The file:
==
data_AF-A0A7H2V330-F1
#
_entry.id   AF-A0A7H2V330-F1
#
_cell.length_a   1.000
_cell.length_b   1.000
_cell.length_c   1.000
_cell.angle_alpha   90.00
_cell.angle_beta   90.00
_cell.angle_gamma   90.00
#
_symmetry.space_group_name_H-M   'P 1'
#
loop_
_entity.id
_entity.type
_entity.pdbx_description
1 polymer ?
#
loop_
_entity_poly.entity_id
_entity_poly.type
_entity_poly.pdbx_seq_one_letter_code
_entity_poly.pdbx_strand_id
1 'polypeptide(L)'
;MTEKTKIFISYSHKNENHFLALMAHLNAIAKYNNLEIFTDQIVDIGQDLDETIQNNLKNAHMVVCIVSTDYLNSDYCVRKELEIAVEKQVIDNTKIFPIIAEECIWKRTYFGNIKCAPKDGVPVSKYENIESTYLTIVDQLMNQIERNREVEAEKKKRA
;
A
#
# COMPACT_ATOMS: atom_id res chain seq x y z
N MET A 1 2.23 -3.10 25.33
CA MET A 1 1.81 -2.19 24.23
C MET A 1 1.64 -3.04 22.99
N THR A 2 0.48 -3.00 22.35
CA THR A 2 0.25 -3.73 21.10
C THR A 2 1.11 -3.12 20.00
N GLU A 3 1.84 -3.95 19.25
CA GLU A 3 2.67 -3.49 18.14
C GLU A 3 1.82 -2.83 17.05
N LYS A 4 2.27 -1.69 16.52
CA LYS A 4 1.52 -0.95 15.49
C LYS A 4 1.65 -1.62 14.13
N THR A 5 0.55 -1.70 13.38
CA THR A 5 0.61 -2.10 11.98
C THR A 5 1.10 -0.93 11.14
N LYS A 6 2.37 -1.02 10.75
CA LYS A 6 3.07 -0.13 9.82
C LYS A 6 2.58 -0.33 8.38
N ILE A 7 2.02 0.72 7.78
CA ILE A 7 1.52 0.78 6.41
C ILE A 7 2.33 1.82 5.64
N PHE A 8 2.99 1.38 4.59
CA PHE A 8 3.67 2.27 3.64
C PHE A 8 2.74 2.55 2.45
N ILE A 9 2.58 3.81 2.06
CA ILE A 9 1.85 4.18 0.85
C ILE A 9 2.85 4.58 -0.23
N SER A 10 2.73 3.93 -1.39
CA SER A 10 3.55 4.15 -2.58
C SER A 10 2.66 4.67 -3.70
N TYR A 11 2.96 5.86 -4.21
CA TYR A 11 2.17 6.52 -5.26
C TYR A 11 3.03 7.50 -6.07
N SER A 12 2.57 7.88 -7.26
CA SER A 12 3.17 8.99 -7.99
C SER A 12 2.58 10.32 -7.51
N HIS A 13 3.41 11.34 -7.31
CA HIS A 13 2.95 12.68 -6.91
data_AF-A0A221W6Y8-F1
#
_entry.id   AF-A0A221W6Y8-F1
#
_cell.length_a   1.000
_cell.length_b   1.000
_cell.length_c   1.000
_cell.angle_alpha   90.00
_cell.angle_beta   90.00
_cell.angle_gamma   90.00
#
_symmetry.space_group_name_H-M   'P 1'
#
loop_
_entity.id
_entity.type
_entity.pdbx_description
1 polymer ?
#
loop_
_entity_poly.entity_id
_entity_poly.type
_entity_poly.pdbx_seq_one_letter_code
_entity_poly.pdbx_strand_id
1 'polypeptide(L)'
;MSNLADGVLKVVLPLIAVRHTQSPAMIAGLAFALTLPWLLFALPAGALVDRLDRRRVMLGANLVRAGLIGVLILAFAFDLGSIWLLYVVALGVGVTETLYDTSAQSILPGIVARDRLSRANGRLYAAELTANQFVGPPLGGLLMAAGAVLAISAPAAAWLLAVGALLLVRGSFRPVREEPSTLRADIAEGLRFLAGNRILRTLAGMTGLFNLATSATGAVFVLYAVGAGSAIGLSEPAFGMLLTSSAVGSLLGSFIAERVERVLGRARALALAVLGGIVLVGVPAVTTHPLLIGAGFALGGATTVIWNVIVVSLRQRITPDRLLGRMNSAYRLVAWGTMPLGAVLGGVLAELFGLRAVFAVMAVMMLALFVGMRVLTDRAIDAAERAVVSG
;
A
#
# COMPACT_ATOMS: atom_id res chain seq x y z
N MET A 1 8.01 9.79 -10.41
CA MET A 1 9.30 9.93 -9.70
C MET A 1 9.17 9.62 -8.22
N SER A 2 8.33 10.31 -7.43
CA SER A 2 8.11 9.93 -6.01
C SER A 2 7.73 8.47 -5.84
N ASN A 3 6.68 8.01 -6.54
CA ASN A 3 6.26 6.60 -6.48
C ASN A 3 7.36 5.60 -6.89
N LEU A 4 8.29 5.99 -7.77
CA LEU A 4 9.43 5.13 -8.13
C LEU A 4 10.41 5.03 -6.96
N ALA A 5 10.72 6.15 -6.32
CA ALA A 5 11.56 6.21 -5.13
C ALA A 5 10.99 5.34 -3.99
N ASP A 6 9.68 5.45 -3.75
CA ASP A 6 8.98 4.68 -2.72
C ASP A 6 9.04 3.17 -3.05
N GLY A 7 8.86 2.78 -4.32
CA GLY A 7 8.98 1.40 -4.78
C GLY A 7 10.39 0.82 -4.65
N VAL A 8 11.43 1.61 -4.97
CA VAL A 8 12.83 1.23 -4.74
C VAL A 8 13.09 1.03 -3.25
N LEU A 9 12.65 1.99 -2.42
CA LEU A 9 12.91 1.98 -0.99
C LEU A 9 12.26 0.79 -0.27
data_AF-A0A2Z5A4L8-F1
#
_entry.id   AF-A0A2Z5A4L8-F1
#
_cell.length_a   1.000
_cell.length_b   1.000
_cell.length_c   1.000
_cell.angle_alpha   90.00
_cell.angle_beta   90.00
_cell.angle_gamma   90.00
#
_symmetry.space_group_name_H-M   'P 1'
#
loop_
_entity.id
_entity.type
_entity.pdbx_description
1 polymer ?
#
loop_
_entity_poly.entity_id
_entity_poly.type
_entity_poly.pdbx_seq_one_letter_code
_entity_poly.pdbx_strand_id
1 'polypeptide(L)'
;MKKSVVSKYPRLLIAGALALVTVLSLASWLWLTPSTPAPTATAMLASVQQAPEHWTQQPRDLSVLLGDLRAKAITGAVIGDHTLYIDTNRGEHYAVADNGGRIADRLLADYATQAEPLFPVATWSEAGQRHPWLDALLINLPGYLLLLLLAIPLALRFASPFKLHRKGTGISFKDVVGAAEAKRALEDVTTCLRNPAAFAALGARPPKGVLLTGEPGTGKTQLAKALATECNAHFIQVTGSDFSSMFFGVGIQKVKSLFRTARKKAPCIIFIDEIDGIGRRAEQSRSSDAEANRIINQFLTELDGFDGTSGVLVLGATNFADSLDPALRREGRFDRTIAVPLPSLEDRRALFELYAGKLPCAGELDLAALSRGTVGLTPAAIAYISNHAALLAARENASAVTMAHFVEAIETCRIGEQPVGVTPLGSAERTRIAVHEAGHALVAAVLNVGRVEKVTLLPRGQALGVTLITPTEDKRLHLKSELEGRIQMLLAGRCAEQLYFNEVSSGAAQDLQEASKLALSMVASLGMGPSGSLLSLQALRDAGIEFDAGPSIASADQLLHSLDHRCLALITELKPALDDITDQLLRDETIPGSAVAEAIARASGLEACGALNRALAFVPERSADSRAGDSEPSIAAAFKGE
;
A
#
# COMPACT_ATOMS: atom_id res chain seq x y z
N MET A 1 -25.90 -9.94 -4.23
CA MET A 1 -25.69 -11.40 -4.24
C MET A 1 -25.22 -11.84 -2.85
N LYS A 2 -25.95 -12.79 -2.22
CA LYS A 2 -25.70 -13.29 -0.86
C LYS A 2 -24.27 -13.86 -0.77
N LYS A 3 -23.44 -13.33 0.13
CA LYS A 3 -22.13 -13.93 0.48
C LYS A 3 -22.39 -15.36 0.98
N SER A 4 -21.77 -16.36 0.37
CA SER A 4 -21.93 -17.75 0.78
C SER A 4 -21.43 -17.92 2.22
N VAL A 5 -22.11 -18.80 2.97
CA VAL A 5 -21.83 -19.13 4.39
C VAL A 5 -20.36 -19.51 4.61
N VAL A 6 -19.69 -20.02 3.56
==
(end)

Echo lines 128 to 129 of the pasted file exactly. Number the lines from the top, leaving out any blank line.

_entry.id   AF-A0A2Z5A4L8-F1
#